Bileen requested that the district court give the jury several instructions on the level of culpability required for second degree murder and involuntary manslaughter. The court did not give Bileen's requested instructions but instead used the Model Ninth Circuit instructions for second degree murder and involuntary manslaughter. See Ninth Circuit Model Jury Instruction 8.24B and 8.24D (1989). Bileen claims that the district court's instructions did not clearly indicate to the jury that the government had the burden of proving the requisite mens rea for second degree murder and manslaughter. Bileen also claims that the district court did not adequately explain to the jury the concept of "beyond a reasonable doubt." Bileen's arguments are without merit.
In essence, Bileen disputes the way in which the district court phrased the mens rea requirements for second degree murder and involuntary manslaughter. Bileen's instructions used the term "gross negligence," whereas the district court used the phrases "recklessly with extreme disregard for life" and "dangerous to human life or done with reckless disregard." As noted earlier, a party is not entitled to particular language in a jury instruction. Soulard, 730 F.2d at 1303. All that a district court is required to do is fairly and adequately cover the legal issues. Marsh, 894 F.2d at 1040.
Here, the district court correctly defined the mens rea required for second degree murder and the mens rea required for involuntary manslaughter and differentiated between the two. Lesina, 833 F.2d at 158-59; see also United States v. Keith, 605 F.2d 462, 463 (9th Cir. 1979). The district court told the jury that the government had to establish beyond a reasonable doubt that Bileen had acted recklessly and with extreme disregard for human life before the jury could find Bileen guilty of murder. The court also instructed the jury that Bileen could only be guilty of involuntary manslaughter if the government established that Bileen had acted recklessly but with mere disregard for human life. The court's instructions set out the important difference in the mens rea required for second degree murder and the mens rea required for involuntary manslaughter. See Lesina, 833 F.2d at 159. The court's instructions were plain, understandable and adequately instructed the jury on the relevant legal concepts. The district court did not err when it refused to give Bileen's instructions on the mens rea required for second degree murder and involuntary manslaughter.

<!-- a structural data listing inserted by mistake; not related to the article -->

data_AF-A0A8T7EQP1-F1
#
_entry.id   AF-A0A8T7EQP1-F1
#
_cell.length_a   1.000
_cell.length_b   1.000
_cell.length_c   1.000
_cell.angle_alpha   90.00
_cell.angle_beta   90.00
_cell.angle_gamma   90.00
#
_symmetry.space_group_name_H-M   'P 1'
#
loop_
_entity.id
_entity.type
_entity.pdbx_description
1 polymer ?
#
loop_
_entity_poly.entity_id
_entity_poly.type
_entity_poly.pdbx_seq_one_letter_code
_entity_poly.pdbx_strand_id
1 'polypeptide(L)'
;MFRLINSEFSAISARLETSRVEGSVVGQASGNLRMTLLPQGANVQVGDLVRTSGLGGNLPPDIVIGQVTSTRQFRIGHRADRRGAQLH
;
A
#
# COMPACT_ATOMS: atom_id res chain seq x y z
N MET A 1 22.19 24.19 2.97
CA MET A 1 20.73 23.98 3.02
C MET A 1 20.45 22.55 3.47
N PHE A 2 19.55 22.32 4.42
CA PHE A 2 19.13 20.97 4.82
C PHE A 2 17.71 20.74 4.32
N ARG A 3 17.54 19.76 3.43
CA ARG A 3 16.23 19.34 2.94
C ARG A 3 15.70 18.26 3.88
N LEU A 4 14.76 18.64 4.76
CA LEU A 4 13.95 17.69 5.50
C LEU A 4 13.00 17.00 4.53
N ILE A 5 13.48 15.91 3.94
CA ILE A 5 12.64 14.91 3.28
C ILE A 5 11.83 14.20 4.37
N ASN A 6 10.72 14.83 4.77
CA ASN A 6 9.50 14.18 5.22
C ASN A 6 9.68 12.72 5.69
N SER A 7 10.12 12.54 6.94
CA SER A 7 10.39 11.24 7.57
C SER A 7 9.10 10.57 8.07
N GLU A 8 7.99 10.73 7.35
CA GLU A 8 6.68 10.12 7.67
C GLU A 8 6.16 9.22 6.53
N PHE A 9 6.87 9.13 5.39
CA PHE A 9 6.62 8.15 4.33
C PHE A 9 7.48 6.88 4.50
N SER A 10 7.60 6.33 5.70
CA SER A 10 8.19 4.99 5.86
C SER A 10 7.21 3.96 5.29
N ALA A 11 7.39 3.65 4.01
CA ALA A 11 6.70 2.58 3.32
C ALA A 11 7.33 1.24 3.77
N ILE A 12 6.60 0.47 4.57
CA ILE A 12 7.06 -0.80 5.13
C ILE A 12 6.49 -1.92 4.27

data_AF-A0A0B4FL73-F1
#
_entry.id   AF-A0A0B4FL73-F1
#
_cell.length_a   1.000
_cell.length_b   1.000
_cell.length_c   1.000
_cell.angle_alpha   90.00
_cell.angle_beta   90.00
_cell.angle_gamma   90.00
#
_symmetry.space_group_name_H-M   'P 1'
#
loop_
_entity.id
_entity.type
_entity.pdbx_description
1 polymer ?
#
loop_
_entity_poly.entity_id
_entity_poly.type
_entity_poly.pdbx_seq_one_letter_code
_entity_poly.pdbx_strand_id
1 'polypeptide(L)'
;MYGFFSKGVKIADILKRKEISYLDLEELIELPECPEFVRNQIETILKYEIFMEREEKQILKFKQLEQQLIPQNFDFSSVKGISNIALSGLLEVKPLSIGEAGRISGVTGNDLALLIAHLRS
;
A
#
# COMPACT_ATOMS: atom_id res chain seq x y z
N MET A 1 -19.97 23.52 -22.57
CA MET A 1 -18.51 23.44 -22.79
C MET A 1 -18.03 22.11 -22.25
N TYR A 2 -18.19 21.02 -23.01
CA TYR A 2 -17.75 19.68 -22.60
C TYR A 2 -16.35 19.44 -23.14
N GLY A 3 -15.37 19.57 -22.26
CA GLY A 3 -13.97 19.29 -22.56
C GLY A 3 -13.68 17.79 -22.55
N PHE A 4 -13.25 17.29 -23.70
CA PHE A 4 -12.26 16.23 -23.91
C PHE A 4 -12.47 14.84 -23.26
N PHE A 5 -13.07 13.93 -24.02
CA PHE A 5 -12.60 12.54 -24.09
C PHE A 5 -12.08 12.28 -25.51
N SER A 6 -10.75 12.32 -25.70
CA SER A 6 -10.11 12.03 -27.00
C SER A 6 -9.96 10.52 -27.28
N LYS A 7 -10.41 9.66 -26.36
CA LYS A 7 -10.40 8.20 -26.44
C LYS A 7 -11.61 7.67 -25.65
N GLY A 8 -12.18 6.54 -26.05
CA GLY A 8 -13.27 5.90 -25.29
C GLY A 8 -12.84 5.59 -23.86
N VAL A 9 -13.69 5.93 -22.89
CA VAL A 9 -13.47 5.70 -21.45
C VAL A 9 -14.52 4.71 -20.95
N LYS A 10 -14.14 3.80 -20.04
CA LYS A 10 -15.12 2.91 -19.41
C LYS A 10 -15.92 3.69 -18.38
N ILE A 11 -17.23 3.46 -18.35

Bileen also argues that the district court erred when it used the 1989 version of the Ninth Circuit Model Jury Instructions to guide the jury in understanding the concept of "beyond a reasonable doubt." The Model Jury Instruction adequately explained the concept of "beyond a reasonable doubt" to the jury. See Ninth Circuit Model Jury Instruction 3.03 (1989). The court did not err when it gave that instruction.
This disposition is not appropriate for publication and may not be cited to or by the courts of this circuit except as provided by 9th Cir.R. 36-3